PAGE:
In this November 2009 file photo, a portrait of lawyer Sergei Magnitsky, who died in a Russian jail, is held by his mother Nataliya Magnitskaya, as she speaks during an interview with the AP in Moscow. ALEXANDER ZEMLIANICHENKO / AP / www.ottawacitizen.com
Esmaspäev, 30 Oktoober 2017 19:00
Eesti Elu / Estonian Life Online
In late October, Parliament passed an innovative and historic piece of human rights legislation known as “The Sergei Magnitsky Law.” Once implemented, it will allow the government to place targeted sanctions against global human rights abusers, by freezing their Canadian assets and banning their entry into this country.
Vladimir Putin’s regime has predictably expressed its disproportionate outrage, which should not discourage the prime minister or his government from fully implementing the sanctions that this law enables. The legislation only targets individuals who engage and profit from the abuse of human rights. Those who observe and respect them have no reason to fear Canada’s Magnitsky Law.
The legislation is named in honour of a Russian lawyer who in 2008 discovered a massive $230 million tax fraud committed by Kremlin officials. When Magnitsky reported the fraud, he was detained and imprisoned in Moscow’s notorious Butyrka prison. A year later, Magnitsky was handcuffed to a bed and beaten by prison officials. He died shortly afterwards, on Nov. 16, 2009.
The new legislation, initially introduced by then-justice minister Irwin Cotler and carried through by Sen. Raynell Andreychuk and MP James Bezan, was unanimously supported by all parties and brings Canada to the international vanguard of human rights defence.
Canada’s allies have applauded the passage of the Magnitsky Law, and some are already looking to follow Canada’s example. It is safe to assume that Russia under Putin will not be among them. His furious reaction at the annual meeting of The Valdai Club in Sochi made international headlines last week.
The Valdai Discussion Club is a Kremlin-sponsored event, organized by Putin sympathizers. The annual event is dressed up as an academic discussion forum, but discussion is aimed entirely at justifying and promoting the Kremlin’s positions and interests.
It was in this highly orchestrated setting that Carleton University Prof. Piotr Dutkiewicz asked Putin for his thoughts on Canada’s Magnitsky Law. The Russian president responded by dismissing the human rights law as “unconstructive political games” and “anti-Russian hysteria.” Putin then lashed into a rant about Bill Browder, the leader of the global campaign for Magnitsky legislation, and issued an international arrest warrant for him through Interpol in efforts to bar him from travelling to Canada with the Magnitsky family this week. The Russian Ministry of Foreign Affairs has also promised swift retribution.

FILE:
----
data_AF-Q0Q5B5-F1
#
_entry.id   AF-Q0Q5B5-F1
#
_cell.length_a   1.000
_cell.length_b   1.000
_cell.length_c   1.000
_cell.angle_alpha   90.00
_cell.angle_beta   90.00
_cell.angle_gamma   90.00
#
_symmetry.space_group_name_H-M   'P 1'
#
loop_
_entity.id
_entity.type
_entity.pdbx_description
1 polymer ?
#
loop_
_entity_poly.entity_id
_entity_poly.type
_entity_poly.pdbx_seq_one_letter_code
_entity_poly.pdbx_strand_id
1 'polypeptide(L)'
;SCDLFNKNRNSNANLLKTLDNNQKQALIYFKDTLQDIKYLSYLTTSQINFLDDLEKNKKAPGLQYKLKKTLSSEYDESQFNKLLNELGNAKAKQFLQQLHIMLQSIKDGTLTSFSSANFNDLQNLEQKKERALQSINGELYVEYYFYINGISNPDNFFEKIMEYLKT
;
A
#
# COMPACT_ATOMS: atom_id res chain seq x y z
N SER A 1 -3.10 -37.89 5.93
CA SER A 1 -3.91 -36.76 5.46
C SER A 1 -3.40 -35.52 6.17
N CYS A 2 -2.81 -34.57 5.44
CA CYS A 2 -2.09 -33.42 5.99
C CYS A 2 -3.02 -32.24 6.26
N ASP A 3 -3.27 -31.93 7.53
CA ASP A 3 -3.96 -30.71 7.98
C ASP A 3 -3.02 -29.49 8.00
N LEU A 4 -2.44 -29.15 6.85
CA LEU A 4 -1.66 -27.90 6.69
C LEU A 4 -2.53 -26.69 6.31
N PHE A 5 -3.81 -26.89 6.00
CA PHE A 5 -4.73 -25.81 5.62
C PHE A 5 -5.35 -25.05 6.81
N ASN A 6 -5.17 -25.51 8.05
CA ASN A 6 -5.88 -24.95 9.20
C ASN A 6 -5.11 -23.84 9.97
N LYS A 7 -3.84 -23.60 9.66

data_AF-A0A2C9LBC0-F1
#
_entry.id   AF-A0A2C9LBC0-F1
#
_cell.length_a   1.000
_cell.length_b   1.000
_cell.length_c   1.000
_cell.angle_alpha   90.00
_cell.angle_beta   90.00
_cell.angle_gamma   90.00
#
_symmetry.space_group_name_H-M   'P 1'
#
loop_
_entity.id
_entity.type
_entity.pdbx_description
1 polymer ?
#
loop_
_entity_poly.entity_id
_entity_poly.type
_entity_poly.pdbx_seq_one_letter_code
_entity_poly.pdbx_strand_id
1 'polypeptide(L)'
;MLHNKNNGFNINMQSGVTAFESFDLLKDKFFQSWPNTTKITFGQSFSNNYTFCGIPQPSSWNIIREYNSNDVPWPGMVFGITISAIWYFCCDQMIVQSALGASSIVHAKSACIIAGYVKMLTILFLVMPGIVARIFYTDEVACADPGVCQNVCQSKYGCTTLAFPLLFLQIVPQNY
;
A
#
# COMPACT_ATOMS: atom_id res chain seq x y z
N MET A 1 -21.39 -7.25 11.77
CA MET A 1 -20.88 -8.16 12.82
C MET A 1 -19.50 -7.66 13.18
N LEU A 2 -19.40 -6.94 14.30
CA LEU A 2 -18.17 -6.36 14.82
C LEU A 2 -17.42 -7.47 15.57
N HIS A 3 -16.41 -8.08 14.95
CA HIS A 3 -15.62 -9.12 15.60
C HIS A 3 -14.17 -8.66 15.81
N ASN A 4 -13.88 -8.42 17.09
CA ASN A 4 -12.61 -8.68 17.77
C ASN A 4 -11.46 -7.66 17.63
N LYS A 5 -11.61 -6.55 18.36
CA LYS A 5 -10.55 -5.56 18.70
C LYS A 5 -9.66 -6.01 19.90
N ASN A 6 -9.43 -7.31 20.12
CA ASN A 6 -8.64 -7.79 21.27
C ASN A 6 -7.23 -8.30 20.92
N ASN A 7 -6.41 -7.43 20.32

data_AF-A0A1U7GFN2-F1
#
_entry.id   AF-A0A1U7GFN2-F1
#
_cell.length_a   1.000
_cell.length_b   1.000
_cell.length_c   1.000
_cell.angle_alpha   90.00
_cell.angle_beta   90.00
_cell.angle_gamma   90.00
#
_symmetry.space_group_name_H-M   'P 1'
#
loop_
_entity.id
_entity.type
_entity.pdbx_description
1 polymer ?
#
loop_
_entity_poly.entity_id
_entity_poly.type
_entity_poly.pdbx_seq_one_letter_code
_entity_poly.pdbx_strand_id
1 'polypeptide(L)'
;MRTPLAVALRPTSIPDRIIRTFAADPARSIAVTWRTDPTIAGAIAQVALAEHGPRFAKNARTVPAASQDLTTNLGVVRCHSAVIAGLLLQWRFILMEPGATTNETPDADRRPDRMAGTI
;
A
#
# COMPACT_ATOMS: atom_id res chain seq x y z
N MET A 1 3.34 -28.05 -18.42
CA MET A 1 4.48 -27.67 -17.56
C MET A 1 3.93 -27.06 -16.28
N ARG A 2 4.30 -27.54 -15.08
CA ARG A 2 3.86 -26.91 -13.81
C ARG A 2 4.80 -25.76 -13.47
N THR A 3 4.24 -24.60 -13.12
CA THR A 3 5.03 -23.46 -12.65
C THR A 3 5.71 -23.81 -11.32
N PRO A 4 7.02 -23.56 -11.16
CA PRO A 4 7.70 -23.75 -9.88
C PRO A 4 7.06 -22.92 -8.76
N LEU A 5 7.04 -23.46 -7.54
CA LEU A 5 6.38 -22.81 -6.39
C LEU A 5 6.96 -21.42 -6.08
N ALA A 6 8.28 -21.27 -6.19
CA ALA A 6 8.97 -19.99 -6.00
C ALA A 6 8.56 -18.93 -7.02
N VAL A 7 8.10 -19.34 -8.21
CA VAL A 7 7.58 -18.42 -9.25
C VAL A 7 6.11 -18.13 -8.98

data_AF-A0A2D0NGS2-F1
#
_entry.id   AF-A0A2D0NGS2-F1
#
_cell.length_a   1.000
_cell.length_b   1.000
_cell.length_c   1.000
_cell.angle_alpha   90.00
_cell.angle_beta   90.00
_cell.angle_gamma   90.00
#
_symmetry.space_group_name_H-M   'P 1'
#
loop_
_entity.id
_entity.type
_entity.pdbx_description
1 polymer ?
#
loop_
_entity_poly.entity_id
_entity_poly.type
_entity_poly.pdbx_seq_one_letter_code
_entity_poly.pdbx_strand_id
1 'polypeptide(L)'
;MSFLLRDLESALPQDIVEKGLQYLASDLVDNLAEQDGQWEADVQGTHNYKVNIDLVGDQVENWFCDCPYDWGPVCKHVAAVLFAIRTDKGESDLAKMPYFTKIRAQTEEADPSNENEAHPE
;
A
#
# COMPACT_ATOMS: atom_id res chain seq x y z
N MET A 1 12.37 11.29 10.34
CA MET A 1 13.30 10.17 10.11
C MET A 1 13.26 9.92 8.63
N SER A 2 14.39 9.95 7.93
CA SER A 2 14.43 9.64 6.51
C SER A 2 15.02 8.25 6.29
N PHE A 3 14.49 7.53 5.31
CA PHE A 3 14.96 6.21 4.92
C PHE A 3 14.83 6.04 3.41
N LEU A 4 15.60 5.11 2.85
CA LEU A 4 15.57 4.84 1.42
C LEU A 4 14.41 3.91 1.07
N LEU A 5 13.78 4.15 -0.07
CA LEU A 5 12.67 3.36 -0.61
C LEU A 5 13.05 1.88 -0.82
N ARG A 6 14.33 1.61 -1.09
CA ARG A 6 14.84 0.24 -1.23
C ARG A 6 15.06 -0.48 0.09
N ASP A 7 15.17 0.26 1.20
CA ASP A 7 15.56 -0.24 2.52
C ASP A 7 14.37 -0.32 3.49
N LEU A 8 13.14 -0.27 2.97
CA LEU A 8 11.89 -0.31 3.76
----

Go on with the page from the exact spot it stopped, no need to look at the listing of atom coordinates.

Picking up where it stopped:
When the United States adopted Magnitsky legislation in 2012, Putin retaliated by banning U.S. families from adopting Russian orphans. However, according to Russia’s draconian anti-LGBT laws, Canada’s same-sex-marriage laws already prohibit Canadians from adopting Russian children. With minimal trade between Canada and Russia, it remains to be seen how else Russia could possibly retaliate against Canada.
Washington Post columnist, Anne Applebaum, noted last week that if the Kremlin’s furor about the Canadian Magnitsky Law is taken as a measurement, then it “has its place, and it’s having an effect.”
We can safely assume that Putin and his global syndicate of likeminded autocrats are ultimately concerned that Canada’s unanimous decision to hold human rights abusers accountable will inspire other nations to do the same. To minimize Canada’s global effect, The Kremlin will most certainly accelerate its attempts to discredit our government and civil society leaders who support and continue to advocate for Canada’s new foreign policy direction.
As other nations adopt Magnitsky legislation and calibrate their own sanctions with Canada’s and the U.S., the world’s human rights abusers will have fewer stable western nations in which to hide their assets or travel to. As western nations slam their doors to these abusive regimes, pressure for reform may lead to greater accountability and a rise to freedom in those nations.
Canada must now be bold in its implementation of the Sergei Magnitsky Law and should never allow any repressive autocrats or regimes to influence decisions about who we sanction and where. Just as Canada took a global lead in 1948, in helping develop the Universal Declaration on Human Rights, so have we done by adopting this new human rights legislation. Now let’s use it.
Marcus Kolga is a digital communications strategist and expert on Russian disinformation and foreign policy. He helped lead the Canadian Magnitsky Campaign and is a Senior Fellow at the MacDonald-Laurier Institute’a Centre for Advancing Canada’s Interests Abroad.
Originally published - ottawacitizen.com - Kolga: Canada has passed the Sergei Magnitsky law against human rights abusers. Now let's use itKolga: Canada has passed the Sergei Magnitsky law against human rights abusers. Now let's use it